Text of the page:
Troubleshooting LC / HPLC Systems – Tailing Peaks | Chemistry Net

Troubleshooting LC / HPLC Systems – Tailing Peaks

Peaks with strange shapes represent one of the most common problems that can arise in the LC/HPLC laboratory. A distortion that peaks show quite often is peak tailing. It should be first explained why tailing is bad :

  • Peaks with tailing can be hard to integrate

  • The precision and the reliability of assay methods involving distorted – peaks with tailing – is often poor when compared to good chromatography

Fig. 1: Peaks showing tailing
Fig. 1: Peaks showing tailing

 How do we solve the problem of tailing peaks?
 We should at first consider the various general causes of peak tailing such as:
  • Bad column
  • Sample overload
  • Not enough buffering
We should investigate which of the above causes create peak tailing and attempt to rule out  causes that do not seem relevant. Often it is possible to quickly rule out a potential cause of peak tailing and go to the next possibility.

Bad column

A bad column is a column with defects in the flow characteristics. There are many causes for this such as:

  • A blocked inlet frit caused by particulates

  • The packing material may have settled causing a void at the column inlet

  • Contamination of the stationary phase by strongly-attached compounds from previous samples

  • Active sites that strongly retain acids, bases or ionized molecules

  • A low plate-number

  • Change in retention characteristics
The first sign of a bad column is band tailing or distortion that is similar for every peak in the chromatogram.

The general approach for fixing a column that shows peak tailing or distorted peaks is as follows:

Reverse and Flush: The column is removed from the system and reconnected with the ends reversed. Then the column is flushed with the mobile phase for 30 min (1-3 ml/min) and the sample that gave tailing peaks is injected and run. In almost 50 % of the cases the column will not show peak tails anymore.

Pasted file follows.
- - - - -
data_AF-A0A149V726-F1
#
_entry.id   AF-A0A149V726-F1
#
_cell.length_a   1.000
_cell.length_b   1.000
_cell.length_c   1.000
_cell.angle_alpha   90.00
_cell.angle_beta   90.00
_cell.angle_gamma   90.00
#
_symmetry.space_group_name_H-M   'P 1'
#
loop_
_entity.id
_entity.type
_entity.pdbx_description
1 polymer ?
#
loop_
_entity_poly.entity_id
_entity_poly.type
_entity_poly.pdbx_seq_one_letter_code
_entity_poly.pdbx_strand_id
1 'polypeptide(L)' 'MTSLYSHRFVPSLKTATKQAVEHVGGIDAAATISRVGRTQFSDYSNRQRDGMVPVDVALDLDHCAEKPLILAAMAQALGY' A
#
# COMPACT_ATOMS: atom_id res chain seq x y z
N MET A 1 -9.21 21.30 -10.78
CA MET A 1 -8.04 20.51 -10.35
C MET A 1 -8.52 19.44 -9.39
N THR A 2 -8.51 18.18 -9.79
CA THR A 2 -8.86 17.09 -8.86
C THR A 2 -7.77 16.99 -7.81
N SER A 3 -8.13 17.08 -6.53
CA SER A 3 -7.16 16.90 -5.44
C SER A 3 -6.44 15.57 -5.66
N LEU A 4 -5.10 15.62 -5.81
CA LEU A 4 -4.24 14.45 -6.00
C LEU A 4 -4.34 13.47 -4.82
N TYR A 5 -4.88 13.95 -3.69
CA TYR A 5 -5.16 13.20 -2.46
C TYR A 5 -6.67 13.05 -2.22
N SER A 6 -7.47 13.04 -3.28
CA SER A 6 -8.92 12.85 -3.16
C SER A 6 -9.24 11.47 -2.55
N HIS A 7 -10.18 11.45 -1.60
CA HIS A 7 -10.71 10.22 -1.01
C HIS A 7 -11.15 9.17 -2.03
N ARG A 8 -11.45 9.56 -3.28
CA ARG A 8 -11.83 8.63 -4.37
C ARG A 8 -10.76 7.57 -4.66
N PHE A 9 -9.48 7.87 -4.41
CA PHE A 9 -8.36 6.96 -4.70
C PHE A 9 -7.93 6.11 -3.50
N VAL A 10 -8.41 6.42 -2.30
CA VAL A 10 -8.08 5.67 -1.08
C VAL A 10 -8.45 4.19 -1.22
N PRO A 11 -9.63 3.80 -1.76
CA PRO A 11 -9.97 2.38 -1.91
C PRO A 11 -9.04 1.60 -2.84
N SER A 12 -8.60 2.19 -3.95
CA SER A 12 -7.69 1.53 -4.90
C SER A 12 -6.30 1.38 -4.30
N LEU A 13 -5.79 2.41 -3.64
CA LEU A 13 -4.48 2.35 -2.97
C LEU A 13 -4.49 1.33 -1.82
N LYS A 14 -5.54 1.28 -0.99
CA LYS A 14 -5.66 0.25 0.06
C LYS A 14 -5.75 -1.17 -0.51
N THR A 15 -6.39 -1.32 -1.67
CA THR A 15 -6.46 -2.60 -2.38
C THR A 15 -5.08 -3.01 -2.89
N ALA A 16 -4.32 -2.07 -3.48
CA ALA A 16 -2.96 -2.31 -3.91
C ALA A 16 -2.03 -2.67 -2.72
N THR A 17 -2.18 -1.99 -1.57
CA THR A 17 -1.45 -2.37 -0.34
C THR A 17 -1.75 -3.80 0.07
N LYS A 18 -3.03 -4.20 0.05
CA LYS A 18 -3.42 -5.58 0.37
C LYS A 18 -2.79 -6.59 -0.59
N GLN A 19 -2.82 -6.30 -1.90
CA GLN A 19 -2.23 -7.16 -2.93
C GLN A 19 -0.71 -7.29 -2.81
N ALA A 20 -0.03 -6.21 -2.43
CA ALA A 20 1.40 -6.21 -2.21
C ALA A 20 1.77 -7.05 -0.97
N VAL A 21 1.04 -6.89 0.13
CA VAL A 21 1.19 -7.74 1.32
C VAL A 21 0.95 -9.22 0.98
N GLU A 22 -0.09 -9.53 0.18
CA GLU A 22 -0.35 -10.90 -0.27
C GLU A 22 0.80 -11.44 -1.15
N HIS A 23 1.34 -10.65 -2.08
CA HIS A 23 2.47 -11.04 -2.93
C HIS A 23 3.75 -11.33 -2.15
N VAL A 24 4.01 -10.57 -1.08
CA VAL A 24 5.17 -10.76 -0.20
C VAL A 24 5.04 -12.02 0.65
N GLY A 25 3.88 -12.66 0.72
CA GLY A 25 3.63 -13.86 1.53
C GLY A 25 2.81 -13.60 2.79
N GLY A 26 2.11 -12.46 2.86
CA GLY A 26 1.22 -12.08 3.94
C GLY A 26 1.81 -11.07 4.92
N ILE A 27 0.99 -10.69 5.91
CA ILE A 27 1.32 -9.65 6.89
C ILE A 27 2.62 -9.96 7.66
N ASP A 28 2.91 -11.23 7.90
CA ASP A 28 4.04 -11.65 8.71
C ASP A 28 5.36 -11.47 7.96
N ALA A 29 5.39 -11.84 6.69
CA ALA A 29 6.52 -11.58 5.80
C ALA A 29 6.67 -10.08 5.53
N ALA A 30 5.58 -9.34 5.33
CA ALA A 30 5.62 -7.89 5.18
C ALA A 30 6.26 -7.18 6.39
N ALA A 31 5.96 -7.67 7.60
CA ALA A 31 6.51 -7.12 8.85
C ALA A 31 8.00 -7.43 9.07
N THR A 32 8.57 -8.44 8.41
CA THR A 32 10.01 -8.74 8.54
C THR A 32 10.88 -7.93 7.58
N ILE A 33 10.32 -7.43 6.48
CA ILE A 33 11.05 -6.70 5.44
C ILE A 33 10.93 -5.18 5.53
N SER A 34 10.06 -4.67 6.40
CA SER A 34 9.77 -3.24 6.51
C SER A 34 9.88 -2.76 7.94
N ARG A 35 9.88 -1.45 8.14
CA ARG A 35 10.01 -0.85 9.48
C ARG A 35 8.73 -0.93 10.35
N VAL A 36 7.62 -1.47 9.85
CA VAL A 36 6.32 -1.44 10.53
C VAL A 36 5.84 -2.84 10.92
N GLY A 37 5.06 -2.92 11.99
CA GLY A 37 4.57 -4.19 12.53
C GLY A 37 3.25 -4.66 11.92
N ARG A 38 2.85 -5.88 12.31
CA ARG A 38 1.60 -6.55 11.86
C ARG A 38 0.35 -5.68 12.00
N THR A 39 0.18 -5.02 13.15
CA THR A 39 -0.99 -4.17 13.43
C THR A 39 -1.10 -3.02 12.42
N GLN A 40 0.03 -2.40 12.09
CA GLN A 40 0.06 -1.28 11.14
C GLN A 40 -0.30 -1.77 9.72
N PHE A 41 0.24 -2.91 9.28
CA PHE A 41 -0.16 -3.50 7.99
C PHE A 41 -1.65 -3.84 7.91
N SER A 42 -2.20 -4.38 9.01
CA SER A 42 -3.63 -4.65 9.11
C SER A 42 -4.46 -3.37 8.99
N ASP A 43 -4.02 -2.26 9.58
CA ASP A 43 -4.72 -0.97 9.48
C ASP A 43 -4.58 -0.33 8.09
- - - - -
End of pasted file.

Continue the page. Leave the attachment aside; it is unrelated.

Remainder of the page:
Replace Frit: If the above mentioned column reversal and flushing does not fix the problem the original inlet-end of the column should be opened and the frit should be removed. The column packing should be examined for any settling (1mm or more) or holes in the column surface. If the column packing is smooth and level with the top of the column, a new frit should be inserted and the column should be reinstalled in the system (normal direction) and washed with mobile phase for 30 min (1-2 ml/min). The above method usually solves the problem in almost 30% of the cases.

Fill Void and Reverse: When the void is filled, the column bed will be more stable if the column is operated with the direction of flow reversed from its original direction.

If the above did not solve the peak tailing problem the column may be discarded.

Sample Overload
When one or more bands within the chromatogram tail, and these bands are larger than normal, the column may be overloaded. In cases like this, the total mass of solute is large enough and the linear capacity of the column is exceeded. The result is a decrease in retention time and change in band shape. 

Fig 1: Sample overload and band (peak) tailing. (A) Normal sample (B) Tailing sample (C) Sample (B) diluted four times and rerun after decreasing the detector attenuation four-fold.

Fig 1: Sample overload and band (peak) tailing. (A) Normal sample (B) Tailing sample (C) Sample (B) diluted four times and rerun after decreasing the detector attenuation four-fold.
 The above problem can be corrected by diluting the sample fourfold and re-injecting it – after decreasing the detector attenuation four-fold. The result is shown in Fig. 1C where the original tailing peaks of run (B) are more symmetrical and their retention times have increased to the values of the normal sample of Fig. 1A.


L.R. Snyder. J.J. Kirkland, “Introduction to Modern Liquid Chromatography”, 2nd edition, Wiley, 1979
A. Weston and P. Brown, “HPLC and CE Principles and Practice”, Academic Press, 1997
J.W. Dolan, L.R. Snyder, “Troubleshooting LC Systems”, Humana Press, 1989

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